Sly Stone released an album June 30, 1973 called “Fresh” and on it is a tune: “Thankful N’ Thoughtful”. A lyric from that tune is “People got to be reminded, where it’s really at...”
Project Chain of Change takes that admonition/observation/whatever you want to call it...seriously.
History has to be kept in the foreground from a variety of sources whether we’re paying attention or not. Reinterpretation is a constant (and in not a few instances, double-edged sword). I think in 2018 we’re between Santayana’s aphorism “Those who cannot remember the past are condemned to repeat it”, and one often attributed to Mark Twain “History doesn’t repeat itself, but it does rhyme.”
To put it as objectively as possible, let’s agree that reminders can certainly help.
UPDATE from 2018: So we look around us in 2020 and what do we see?
Conflict and movements, insult and injury masquerading as anti political correctness, a torrent of information (or “data”) that generates more questions than answers, and a low signal to noise ratio of epidemic proportions. That’s just part of the cynical view.
There is the countervailing view that what has transpired and is transpiring, has galvanized greater participation in politics including candidates for various offices, and marshaled tremendous demonstrations in response to those who choose to follow demagoguery.
UPDATE 2020: Several events since the beginning of this year has initiated global demonstrations that have, as of this update June 17, been sustained for 22 days.
A more comprehensive treatment of these events can be read here.
The Power of Art
A series on PBS called “Civilizations” examines the impact of art on history. I seem to recall the first episode made the statement “Art Is History.”
For those that needed a reminder of the power of art, this resonates. What we see, hear and acquire knowledge of is framed daily by music and artistic expression. Inevitably we associate all of that experience. Music is the sound-track and backdrop.
Most assuredly that which is conscious-raising transcends time. It brings a new way of seeing things which leads to a new way to see ourselves. It does not matter that the necessity for the message still exists, only that it persists.
Mel King has been acutely aware of music’s impact, if only measured by the music produced from books of poetry he’s written. Dr. Cheryl Holmes, who participated in recording that music had been percolating the idea of a live presentation of the book for several years. Mel’s wife Joyce King, an activist in her own right, is an invaluable contributor with special insight to changing neighborhood dynamics.
Inspiration and Enlightenment
I’ve found inspiration and enlightenment from much of jazz, soul, some gospel and rock, fusion, African diaspora folkloric and Afro-Latin throughout my life.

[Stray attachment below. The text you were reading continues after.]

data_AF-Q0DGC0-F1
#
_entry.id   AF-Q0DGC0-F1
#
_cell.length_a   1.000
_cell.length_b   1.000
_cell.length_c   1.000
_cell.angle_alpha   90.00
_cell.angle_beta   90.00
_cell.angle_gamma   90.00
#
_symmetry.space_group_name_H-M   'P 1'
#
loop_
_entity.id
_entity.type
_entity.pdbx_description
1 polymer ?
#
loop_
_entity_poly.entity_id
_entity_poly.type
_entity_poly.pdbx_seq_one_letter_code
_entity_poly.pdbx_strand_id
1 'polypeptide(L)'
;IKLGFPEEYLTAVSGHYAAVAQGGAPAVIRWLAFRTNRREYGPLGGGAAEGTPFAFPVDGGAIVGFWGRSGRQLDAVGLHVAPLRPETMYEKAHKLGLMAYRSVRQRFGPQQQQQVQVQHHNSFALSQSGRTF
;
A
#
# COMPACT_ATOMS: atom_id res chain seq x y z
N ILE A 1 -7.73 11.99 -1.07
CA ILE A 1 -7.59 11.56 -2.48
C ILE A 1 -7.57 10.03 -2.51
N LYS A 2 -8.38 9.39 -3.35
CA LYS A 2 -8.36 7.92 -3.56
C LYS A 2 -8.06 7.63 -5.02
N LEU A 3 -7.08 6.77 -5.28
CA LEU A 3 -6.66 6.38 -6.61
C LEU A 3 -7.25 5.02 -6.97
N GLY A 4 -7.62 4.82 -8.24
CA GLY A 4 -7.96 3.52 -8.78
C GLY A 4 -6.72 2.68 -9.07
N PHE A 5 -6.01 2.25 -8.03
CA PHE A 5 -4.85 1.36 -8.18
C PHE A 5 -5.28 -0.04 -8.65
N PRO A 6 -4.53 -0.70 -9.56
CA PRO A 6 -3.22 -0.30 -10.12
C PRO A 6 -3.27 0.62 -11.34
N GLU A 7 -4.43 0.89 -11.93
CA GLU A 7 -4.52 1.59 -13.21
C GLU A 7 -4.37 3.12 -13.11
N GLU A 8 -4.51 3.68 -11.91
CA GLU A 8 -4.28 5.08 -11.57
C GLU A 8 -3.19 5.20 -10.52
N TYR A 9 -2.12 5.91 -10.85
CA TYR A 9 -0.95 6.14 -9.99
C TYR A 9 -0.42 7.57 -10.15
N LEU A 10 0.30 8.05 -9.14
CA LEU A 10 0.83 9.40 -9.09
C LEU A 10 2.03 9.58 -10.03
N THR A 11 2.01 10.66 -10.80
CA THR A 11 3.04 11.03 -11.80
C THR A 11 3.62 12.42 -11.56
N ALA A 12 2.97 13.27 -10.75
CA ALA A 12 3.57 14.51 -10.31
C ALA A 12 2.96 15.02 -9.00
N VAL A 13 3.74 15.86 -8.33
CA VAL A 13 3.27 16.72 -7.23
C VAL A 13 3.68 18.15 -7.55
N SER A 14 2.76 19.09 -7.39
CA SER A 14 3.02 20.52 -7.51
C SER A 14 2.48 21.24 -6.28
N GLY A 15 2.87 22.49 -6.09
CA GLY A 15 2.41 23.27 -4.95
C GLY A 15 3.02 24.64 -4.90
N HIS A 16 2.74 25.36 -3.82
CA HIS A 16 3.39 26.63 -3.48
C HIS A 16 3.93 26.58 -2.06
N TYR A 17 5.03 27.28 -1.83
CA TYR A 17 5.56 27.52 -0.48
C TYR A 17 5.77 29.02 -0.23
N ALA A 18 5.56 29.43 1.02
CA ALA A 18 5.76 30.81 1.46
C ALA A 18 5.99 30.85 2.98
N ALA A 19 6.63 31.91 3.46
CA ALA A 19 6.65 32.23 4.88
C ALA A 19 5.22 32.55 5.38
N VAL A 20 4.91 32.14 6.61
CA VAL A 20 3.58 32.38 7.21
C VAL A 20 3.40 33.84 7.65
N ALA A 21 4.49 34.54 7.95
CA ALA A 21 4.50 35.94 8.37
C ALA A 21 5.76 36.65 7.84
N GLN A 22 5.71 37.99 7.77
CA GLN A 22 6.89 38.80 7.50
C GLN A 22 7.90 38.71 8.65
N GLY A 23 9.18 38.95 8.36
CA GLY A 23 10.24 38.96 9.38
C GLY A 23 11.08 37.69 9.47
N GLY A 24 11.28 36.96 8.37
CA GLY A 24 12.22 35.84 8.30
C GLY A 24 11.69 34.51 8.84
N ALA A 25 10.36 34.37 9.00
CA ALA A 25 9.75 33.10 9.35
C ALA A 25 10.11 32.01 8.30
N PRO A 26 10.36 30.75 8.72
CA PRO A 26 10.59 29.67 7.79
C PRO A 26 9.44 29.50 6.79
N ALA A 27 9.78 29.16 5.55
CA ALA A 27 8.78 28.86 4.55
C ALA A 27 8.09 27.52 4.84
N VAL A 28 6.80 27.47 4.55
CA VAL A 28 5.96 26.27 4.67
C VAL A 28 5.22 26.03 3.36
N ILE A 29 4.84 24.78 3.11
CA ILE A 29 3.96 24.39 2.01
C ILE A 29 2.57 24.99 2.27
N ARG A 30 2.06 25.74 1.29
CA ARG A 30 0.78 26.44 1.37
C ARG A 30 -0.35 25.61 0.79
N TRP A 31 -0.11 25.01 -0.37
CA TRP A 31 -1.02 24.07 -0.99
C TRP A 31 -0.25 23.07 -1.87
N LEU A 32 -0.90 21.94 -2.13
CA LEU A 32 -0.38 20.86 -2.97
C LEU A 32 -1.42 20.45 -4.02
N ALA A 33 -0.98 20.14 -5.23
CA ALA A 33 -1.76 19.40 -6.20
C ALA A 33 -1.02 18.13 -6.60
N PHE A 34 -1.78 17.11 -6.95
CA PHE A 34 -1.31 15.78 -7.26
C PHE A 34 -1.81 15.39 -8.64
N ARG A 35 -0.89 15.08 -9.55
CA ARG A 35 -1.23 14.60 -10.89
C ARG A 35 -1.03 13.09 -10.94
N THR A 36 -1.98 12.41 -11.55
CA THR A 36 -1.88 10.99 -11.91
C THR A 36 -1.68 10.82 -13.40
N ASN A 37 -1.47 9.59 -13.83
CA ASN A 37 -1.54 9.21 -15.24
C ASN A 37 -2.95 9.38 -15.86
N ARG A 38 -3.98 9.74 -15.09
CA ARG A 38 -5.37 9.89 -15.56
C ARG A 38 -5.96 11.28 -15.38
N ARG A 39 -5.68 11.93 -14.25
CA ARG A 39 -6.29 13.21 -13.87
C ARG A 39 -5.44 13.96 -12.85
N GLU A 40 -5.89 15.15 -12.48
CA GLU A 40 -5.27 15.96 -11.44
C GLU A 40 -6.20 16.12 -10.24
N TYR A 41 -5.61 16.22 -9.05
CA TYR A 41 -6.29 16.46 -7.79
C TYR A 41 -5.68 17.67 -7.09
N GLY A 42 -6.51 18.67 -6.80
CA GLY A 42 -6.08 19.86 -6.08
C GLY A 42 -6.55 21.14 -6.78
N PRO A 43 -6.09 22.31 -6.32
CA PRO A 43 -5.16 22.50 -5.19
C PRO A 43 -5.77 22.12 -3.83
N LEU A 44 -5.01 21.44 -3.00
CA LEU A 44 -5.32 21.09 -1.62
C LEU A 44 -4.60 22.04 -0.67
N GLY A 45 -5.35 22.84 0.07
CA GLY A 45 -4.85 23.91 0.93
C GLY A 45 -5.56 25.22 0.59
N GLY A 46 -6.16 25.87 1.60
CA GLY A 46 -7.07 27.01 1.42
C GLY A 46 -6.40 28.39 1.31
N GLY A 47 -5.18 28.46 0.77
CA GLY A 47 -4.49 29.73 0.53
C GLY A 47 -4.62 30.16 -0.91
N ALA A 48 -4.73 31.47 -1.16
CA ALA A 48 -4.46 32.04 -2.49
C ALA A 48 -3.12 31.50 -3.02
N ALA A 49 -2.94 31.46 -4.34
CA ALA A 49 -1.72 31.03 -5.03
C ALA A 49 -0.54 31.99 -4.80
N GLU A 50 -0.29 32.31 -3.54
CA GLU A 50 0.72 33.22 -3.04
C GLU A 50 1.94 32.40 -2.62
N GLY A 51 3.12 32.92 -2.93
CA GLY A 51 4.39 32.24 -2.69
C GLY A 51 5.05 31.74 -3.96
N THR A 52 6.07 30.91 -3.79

I chose tumbadores (popularly known albeit a misnomer as “congas”) as my instrument because of the history of suppression, stereotyping and attempts to smother/erase the culture it is a product of. They were a part of a demonstration at Lincoln Center when Ed Bullin’s play “The Duplex” was performed. [https://www.nytimes.com/1972/03/19/archives/bullins-its-not-the-play-i-wrote-bullins-its-not-the-play-i-wrote.html]
Playing tumbadores has always been more than a “stress reliever” for me.
When Dr. Holmes approached me with the concept of Chain of Change I thought the timing was quite right. That perception has been amplified many times over in the ensuing months.
I’ve also seen radical changes in the old Harlem neighborhood where I grew up. I see it all around me now. I never forgot the knock on my door of my first real apartment in the Fenway a couple of years after moving in, and a woman handing me an envelope accompanied by the somewhat melodious warning-style announcement “You’re going condo!”
More acutely, now that we have video at our disposal, disputes about what is captured is a whole new level of concern adding to the horror of the events.
I arrived in Boston around the time the Tent City protest was reaching a close, unaware of the social strife in housing, but I certainly witnessed the turmoil with busing and conflict between communities (sometimes up close and personal).
The protests, culture and art of the 60’s and being around those “woke” (as the current saying goes), as well as reading (Alex Haley, Malcolm X, Hunter Thompson, etc.), turned out to be a prerequisite. I viewed the right to vote (and the implied fairness of 1 vote per person) as a settled matter through the Voting Rights Act in 1965.
More subtle injustices (i.e. gerrymandering) became apparent as I grew older.
In fact, one of the books I read within the last 12 years that had a real impact on me was “A People’s History of the United States” by professor Howard Zinn.
Talk about an eye-opener!
Now, I’ve read Chain of Change and see a mission to join others in maintaining the message: we must be vigilant and constantly working actively against forces that would tear our democracy asunder. Among those are Mel, Joyce and Cheryl.
We choose to serve...with our consciences...
Some say Boston is the ‘cradle of liberty’. And I love liberty.
-- Brandon Guillermo